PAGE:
Tuesday, April 23, 2019

"Down Mexico Way" Actress Fay McKenzie 1918-2019 Memorial Video

  Eunice Fay McKenzie (born February 19, 1918 - died ) better known professionally as Fay McKenzie and briefly billed as Fay Shannon was an American actress and singer who starred in silent films as a child, and then sound films as an adult she is but perhaps best known for her leading roles opposite Gene Autry in the early 1940s in five features. She also appeared on broadway, radio and television and she would appear in films until 1981.


Early life and silent film

McKenzie was born as Eunice Fay McKenzie on February 19, 1918, in Hollywood, California, to show business parents, film actor Eva (née Heazlitt) and Irish American actor/director Robert McKenzie.[1][2] Her father had a stock company called the McKenzie Merry Makers', and was both an actor and director in stage productions and films. His company included such actors as Broncho Billy Anderson, Ben Turpin, and Victor Potel.[2] 

When she was ten weeks old, she appeared in an uncredited part in the film Station Content (1918) as Kitty's baby (played by Gloria Swanson). She appeared in four other silent films as a child: A Knight of the West (1921) as Fray Murten, When Love Comes (1922) as Ruth,[3] The Judgment of the Storm (1924) as a Heath Twin, and The Dramatic Life of Abraham Lincoln (1924) as a young Sarah Lincoln (Abraham Lincolns second wife).[2] 

Fay's sisters Ida Mae McKenzie and Ella McKenzie, and her brother-in-law Billy Gilbert, were also actors.[1] Ida Mae also played the character of Sarah Lincoln in The Dramatic Life of Abraham Lincoln, in the part of the film where she had become a teenager.[4]


In the mid-1920s, McKenzie took a ten-year break from acting in order to focus on her education. She attended the Beverly Hills High School.[5] She returned to films in 1934 in Student Tour as Mary Lou.[6] That year she made her first short Western film, Sundown Trail, with wally Wales. McKenzie later recalled,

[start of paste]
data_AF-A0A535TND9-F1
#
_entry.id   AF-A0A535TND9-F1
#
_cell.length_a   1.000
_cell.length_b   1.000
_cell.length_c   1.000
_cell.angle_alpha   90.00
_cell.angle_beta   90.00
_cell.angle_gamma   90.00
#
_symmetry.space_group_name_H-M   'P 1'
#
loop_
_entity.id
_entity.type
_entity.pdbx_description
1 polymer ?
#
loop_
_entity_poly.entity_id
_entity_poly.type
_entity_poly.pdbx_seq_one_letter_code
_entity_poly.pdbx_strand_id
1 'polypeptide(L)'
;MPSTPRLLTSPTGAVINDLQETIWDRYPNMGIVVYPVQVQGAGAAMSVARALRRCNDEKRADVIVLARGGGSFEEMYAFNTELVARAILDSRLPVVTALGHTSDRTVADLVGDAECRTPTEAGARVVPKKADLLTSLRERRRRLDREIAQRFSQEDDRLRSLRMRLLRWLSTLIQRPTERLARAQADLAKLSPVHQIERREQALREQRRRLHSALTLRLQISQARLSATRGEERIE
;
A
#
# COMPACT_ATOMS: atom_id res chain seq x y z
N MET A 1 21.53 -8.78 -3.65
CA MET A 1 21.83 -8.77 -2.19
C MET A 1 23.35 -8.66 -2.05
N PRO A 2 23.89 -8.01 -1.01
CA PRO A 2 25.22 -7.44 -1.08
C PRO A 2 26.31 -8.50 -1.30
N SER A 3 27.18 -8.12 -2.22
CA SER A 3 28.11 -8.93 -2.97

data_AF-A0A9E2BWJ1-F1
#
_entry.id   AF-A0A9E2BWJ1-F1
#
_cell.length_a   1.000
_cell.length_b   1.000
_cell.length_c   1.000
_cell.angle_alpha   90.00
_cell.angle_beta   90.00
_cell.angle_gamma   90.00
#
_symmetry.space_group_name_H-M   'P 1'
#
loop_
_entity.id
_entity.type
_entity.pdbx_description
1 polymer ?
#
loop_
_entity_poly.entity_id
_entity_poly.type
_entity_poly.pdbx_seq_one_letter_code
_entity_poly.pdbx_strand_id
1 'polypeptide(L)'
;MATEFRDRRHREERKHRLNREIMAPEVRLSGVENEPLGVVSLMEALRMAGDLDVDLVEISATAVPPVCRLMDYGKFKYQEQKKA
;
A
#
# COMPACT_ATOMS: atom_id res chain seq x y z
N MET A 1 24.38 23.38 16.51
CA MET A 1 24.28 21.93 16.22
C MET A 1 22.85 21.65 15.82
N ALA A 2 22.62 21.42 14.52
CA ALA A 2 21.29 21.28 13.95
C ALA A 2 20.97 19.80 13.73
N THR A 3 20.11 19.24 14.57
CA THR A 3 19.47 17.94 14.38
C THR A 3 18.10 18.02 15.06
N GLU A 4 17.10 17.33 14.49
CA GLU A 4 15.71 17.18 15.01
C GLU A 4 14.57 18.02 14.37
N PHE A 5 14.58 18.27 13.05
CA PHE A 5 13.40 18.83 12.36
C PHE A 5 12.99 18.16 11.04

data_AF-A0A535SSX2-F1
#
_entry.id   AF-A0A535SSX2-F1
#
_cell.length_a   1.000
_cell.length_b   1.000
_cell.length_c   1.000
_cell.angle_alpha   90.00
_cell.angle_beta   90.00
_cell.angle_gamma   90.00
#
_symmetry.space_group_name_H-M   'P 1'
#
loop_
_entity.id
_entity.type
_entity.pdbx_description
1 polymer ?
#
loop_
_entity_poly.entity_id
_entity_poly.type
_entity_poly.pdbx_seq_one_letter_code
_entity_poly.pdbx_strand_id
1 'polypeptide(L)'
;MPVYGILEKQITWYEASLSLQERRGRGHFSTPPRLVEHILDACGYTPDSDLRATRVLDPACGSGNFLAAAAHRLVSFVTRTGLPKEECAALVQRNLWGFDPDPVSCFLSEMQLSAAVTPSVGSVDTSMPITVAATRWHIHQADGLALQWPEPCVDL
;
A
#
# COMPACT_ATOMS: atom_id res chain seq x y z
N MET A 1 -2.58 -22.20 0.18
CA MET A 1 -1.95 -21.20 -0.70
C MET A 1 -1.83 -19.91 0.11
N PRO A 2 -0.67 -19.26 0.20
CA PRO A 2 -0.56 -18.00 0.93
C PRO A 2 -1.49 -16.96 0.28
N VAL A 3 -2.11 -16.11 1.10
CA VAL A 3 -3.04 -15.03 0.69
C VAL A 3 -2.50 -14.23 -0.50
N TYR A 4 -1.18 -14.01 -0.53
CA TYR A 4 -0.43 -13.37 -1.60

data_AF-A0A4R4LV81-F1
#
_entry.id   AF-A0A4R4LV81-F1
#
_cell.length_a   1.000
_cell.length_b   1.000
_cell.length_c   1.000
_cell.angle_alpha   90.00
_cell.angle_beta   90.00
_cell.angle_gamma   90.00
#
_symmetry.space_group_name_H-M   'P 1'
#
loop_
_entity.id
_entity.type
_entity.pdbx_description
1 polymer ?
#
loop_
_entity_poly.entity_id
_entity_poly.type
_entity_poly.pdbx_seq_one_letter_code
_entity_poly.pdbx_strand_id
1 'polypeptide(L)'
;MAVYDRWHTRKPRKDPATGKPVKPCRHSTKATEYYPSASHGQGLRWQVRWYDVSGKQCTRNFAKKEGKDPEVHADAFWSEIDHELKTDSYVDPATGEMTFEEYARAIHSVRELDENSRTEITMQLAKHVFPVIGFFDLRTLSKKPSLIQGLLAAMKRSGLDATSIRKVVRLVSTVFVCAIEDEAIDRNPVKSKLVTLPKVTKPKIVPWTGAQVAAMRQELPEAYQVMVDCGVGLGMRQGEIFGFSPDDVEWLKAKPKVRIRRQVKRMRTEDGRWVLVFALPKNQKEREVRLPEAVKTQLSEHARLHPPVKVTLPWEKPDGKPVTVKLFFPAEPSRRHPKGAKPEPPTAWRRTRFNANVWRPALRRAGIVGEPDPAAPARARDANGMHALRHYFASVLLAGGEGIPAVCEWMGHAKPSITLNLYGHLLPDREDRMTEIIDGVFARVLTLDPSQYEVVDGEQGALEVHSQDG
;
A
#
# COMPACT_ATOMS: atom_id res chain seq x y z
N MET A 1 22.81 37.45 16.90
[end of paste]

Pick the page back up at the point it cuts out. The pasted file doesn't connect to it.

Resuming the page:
Oh my gosh, my first grown up role. My father took me. He knew everybody, and I got the job. Even though I was only 15 years old! We shot that in three days, and there was no script. They'd all ride one way and say this, then they'd all ride the other way and say that. It was very improvisational, but a great event in my life.[2]

Sound films

McKenzie appeared in numerous uncredited roles throughout the 1930s, with occasional credited roles in films such as The Boss Cowboy (1934) as Sally Nolan, and the anti-cannabis propaganda film Assassin of Youth (1937) as Linda Clayton.[7][2] In 1938, she began to appear mainly in Western films, such as Ghost Town Riders (1938) as Molly Taylor (credited as Fay Shannon), and When the Daltons Rode (1940) as Hannah.[2] She had a small part in the 1939 film Gunga Din, which was inducted by the United States Library of Congress for preservation in the National Film Registry in 1999 with the motivation of being "culturally significant."[8] 

In 1940, McKenzie appeared in the stage show Meet the People, which premiered in Los Angeles and ended up on Broadway.[2]

Film with Gene Autry

In 1941, the president of Republic Pictures, Herbert Yates, met McKenzie through a mutual friend, and after a screen test he signed her to a contract to appear opposite the cowboy singer Gene Autry in Down Mexico Way (1941) as Maria Elena Alvarado. The film was a major financial success, and she received a lot of fan mail as a result. 

McKenzie went on to appear in four additional Gene Autry films as his leading lady: Sierra Sue (1941) as Sue Larrabee, Cowboy Serenade (1942) as Stephanie Lock, Heart of the Rio Grande (1942) as Alice Bennett, and Home in Wyomin' (1942) as Clementine Benson.[2] McKenzie sang duets with Autry in each of these films. She later remembered:

I loved working with Gene, he was terrific! I could sing and that was something the earlier girls couldn't do. Yates knew I had done Broadway; that helped! I could do more than smile and wave at the cowboy![2]

Theatre and touring